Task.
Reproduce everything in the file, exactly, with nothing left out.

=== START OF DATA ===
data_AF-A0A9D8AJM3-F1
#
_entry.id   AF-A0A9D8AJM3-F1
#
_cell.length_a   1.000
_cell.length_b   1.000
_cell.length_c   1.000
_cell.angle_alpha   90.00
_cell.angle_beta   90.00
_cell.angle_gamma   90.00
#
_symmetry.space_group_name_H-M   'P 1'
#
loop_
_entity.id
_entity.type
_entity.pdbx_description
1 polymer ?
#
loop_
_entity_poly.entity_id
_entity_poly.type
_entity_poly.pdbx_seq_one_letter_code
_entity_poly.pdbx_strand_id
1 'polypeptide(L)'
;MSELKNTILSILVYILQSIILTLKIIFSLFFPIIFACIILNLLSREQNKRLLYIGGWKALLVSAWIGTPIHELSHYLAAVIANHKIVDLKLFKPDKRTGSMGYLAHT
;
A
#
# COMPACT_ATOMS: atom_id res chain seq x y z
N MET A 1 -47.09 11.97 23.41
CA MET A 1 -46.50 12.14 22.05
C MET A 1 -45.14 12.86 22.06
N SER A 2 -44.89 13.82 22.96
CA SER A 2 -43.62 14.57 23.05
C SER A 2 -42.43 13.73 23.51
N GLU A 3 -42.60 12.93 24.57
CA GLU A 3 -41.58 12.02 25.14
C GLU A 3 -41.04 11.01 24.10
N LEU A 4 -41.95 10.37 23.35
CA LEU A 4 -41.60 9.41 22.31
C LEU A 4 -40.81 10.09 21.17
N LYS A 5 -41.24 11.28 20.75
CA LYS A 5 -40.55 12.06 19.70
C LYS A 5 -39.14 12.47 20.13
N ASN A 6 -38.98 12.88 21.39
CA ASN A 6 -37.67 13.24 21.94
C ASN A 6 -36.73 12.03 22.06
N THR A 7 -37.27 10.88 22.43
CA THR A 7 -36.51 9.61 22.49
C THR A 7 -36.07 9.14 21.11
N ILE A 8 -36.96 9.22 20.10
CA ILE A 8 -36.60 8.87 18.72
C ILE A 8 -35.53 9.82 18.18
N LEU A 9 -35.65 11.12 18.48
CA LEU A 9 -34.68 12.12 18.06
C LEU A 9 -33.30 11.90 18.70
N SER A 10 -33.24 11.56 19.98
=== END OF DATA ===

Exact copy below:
data_AF-A0A9D8AJM3-F1
#
_entry.id   AF-A0A9D8AJM3-F1
#
_cell.length_a   1.000
_cell.length_b   1.000
_cell.length_c   1.000
_cell.angle_alpha   90.00
_cell.angle_beta   90.00
_cell.angle_gamma   90.00
#
_symmetry.space_group_name_H-M   'P 1'
#
loop_
_entity.id
_entity.type
_entity.pdbx_description
1 polymer ?
#
loop_
_entity_poly.entity_id
_entity_poly.type
_entity_poly.pdbx_seq_one_letter_code
_entity_poly.pdbx_strand_id
1 'polypeptide(L)'
;MSELKNTILSILVYILQSIILTLKIIFSLFFPIIFACIILNLLSREQNKRLLYIGGWKALLVSAWIGTPIHELSHYLAAVIANHKIVDLKLFKPDKRTGSMGYLAHT
;
A
#
# COMPACT_ATOMS: atom_id res chain seq x y z
N MET A 1 -47.09 11.97 23.41
CA MET A 1 -46.50 12.14 22.05
C MET A 1 -45.14 12.86 22.06
N SER A 2 -44.89 13.82 22.96
CA SER A 2 -43.62 14.57 23.05
C SER A 2 -42.43 13.73 23.51
N GLU A 3 -42.60 12.93 24.57
CA GLU A 3 -41.58 12.02 25.14
C GLU A 3 -41.04 11.01 24.10
N LEU A 4 -41.95 10.37 23.35
CA LEU A 4 -41.60 9.41 22.31
C LEU A 4 -40.81 10.09 21.17
N LYS A 5 -41.24 11.28 20.75
CA LYS A 5 -40.55 12.06 19.70
C LYS A 5 -39.14 12.47 20.13
N ASN A 6 -38.98 12.88 21.39
CA ASN A 6 -37.67 13.24 21.94
C ASN A 6 -36.73 12.03 22.06
N THR A 7 -37.27 10.88 22.43
CA THR A 7 -36.51 9.61 22.49
C THR A 7 -36.07 9.14 21.11
N ILE A 8 -36.96 9.22 20.10
CA ILE A 8 -36.60 8.87 18.72
C ILE A 8 -35.53 9.82 18.18
N LEU A 9 -35.65 11.12 18.48
CA LEU A 9 -34.68 12.12 18.06
C LEU A 9 -33.30 11.90 18.70
N SER A 10 -33.24 11.56 19.98